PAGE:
The Race for Paris: A novel by Meg Waite Clayton.
We’ve all seen photographs taken during the Second World War but have you ever stopped to wonder about the people who took them?
I have to admit that this had never crossed my mind until I read this based-on-the-facts novel. Some of the photographers were assigned by newspapers; others were official military personnel.
But another fact I was unaware of until I read this book is that some of the photographers and journalists were remarkably brave and determined women.
This book follows two of them, both from America, who are originally assigned to a ‘safe’ billet – a field hospital. There, Olivia (Liv) and Jane have the job of reporting back to their respective newspapers in the USA, Liv taking photographs and Jane writing reports.
But both young women, Liv in particular, want to be where the action truly is. But women were not permitted to zones other than those to which they were assigned. Liv and Jane particularly want to be in Paris for its expected liberation but they have to defy their orders to do so. In essence, they have to go AWOL; go on the run.
Liv and Jane are determined to follow their own path, despite the extreme hardships and incredible dangers they face. They are lucky in that they meet up with Fletcher who becomes their self-appointed protector. He is an English military photographer who had once met Liv – he is friend of her husband’s. Yes, Liv is a married woman.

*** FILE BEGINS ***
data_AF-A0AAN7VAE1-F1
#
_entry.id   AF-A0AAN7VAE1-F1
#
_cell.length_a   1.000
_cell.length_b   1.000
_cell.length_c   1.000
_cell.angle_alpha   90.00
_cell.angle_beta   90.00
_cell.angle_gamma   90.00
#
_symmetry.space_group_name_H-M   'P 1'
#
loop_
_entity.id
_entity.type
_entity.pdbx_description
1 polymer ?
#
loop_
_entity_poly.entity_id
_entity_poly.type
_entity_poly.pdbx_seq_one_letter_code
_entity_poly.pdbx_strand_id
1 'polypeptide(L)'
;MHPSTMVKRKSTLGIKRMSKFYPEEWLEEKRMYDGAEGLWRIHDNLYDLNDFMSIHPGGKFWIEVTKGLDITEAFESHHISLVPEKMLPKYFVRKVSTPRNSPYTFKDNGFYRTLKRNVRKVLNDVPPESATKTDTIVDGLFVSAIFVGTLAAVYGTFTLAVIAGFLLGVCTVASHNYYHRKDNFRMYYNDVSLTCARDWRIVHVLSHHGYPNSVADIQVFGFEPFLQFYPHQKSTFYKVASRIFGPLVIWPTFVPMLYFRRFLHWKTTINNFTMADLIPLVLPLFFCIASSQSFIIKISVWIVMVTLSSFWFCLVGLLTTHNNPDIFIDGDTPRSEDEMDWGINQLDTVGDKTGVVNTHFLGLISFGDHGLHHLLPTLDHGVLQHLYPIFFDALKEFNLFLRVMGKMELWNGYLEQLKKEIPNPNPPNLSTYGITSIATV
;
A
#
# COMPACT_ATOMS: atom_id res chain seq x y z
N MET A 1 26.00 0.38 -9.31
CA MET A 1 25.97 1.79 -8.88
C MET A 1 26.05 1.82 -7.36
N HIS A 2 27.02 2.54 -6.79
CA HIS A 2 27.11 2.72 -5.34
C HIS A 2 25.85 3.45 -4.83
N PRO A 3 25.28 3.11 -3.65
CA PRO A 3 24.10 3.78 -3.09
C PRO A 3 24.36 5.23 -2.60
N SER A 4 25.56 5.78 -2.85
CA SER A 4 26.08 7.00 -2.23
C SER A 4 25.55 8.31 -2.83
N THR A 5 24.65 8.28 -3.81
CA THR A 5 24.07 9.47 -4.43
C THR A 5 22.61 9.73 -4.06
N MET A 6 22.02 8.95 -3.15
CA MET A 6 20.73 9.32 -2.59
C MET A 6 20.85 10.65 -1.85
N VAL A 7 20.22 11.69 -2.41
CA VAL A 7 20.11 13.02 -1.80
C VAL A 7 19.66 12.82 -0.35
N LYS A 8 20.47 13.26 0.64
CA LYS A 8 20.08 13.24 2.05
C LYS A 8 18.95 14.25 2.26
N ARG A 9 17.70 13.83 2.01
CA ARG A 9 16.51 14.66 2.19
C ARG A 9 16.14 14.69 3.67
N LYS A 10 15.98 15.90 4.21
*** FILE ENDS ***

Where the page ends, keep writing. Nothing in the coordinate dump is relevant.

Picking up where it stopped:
The three decide to travel together and each one has his or her own stories and reasons for doing the job they have decided to undertake. One of them has a secret that makes the mission even more perilous.
The book begins in the summer of 1944 and we travel with the three reporters through France to the chaos of newly liberated Paris. It is incredibly well-researched which gives the novel an unusual authenticity. The author willingly reveals that she was motivated and inspired to write the book because of the real women who undertook this dangerous but important work. Many, like the heroines of the novel, had to defy their orders, battle through red tape and avoid detection by the military police to be the first to relay news back to Britain and America and, at the same time, demonstrate that being a woman was no handicap to them in their goals.
A fascinating and highly recommended read.
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